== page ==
RRM: A trip to Buffalo is always an experience for the Patriots. Do you expect it to be any different two weeks from now when the Patriots resume their schedule with a game against the Bills?

SG: Let me put it this way, Buffalo's never a fun place to play [laughs]! Even when they don't have really good teams they play you tough, especially at home. It's kind of like the situation with Miami this past week; it's a divisional game and the Bills are going to play extremely hard. It will be interesting to see how they play this Sunday against the Lions in Detroit after getting just smoked by the Bears 40-7. That has to be embarrassing for them. You look at some of the talent on that Bills team and you wonder why they can't win more games. They have a good running back in Willis McGahee, a good coach in Dick Jauron, and some good players on defense. It just doesn't make sense to me, but hopefully that trend will continue two Sundays from now.

RRM: Before I ask for your grades I would be remiss if I didn't ask you about the prank war between the Patriots' two quarterbacks, Tom Brady and Matt Cassell. Cassell filled Brady's car with styrofoam peanuts and Brady removed all four tires from Cassell's car and placed them next to his locker. I have to ask, are these just typical pranks that go on with a football team?

SG: I've seen some pranks take place in the locker room over the years but those went about as far as I've ever seen or heard about. Taking all the tires off of somebody's car and putting them next to their locker? That's really out there [laughs]! I thought Cassell showed a lot of ingenuity for a backup quarterback with his peanut gag, but most of all it sounded like they had a lot of fun doing it. It also loosens up the rest of the team, and everyone knows you're not too serious and that you're having fun while you're out there. I did read that Brady was trying to teach Cassell that if you don't have more money than the other guy you're not going to win in a battle of pranks, and that's a pretty good point. Cassell should be working towards a starting job so he can get him back [laughs]!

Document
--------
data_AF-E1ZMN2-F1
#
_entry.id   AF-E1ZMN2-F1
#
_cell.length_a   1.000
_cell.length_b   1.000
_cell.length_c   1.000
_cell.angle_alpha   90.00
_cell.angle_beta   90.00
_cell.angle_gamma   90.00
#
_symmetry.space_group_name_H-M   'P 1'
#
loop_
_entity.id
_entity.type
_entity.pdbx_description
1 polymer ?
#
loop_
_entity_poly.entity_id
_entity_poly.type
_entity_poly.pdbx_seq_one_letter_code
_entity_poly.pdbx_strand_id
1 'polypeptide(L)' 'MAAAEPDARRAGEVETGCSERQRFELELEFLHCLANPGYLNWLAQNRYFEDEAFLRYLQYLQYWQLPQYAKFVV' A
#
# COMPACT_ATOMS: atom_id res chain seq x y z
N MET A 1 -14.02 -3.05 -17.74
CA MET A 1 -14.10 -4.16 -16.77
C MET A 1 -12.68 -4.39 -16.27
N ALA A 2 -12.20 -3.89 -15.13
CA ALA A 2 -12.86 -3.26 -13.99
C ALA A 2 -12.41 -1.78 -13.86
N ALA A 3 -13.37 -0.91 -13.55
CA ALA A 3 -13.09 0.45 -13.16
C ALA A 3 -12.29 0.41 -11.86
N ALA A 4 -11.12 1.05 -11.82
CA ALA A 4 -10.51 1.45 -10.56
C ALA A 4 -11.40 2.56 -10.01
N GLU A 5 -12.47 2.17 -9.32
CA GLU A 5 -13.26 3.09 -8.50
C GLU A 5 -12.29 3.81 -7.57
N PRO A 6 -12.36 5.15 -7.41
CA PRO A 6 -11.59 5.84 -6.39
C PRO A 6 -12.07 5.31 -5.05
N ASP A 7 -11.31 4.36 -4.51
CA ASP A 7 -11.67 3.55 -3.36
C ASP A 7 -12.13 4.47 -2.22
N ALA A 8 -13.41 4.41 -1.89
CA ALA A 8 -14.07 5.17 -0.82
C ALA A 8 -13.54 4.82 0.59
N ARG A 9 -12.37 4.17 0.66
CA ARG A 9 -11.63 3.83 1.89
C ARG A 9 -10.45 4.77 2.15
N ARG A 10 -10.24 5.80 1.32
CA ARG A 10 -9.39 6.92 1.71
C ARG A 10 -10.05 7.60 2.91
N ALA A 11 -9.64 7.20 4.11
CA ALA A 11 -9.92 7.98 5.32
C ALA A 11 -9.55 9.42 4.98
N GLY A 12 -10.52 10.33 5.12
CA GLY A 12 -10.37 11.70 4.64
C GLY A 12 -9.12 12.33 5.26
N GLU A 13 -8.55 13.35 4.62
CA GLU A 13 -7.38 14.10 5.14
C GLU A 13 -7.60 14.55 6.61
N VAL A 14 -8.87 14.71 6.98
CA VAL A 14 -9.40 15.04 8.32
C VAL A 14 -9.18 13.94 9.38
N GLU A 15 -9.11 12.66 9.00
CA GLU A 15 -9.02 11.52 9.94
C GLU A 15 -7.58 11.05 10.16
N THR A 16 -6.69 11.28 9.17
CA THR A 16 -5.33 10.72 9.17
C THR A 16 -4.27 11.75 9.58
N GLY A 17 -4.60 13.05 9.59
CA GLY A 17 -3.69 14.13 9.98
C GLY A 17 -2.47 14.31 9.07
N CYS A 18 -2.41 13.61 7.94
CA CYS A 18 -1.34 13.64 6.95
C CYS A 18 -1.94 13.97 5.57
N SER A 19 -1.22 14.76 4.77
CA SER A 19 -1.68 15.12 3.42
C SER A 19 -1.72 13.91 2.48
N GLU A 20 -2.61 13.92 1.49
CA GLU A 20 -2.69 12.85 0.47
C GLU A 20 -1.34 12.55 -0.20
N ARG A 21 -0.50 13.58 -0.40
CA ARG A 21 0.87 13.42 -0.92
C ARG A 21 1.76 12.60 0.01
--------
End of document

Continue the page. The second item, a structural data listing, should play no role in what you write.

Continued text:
RRM: What are Grogan's grades for the 20-10 ugly win over Miami in Week #5?

SG: I think an overall grade of B will be appropriate this week. I thought the defense deserved an A for their play but the offense was just average so they get a C. The Patriots' defense has been solid all season but in this game they forced some turnovers which really helped out the offense. Tedy Bruschi stood out with 10 tackles and it was nice to see Ellis Hobbs back playing with a cast on his broken hand. I thought Mike Wright should deserve a mention for blocking a field goal attempt and tackling the Miami punter for a loss. I think he is a kid that just keeps getting better and better in making plays. When he gets his chances he does something with them, and it's always fun to see somebody come from nowhere to do some special things.

After five games I'm happy with the way this team is playing defense. The special teams have also played well, and when your defense and special teams are so solid you don't have to ask your offense to do much. But offensively there is still a lot of room for improvement. This offense really needs to develop more consistency because eventually they will get into situations where the offense will have to step up and score some points. Hopefully with this bye week they can work on some things to try and improve the passing game. We'll find out just how well they've done that when we see them in Buffalo in two weeks.

Grogan's Grades for Week #5

Offense: C
Defense: A
Overall: B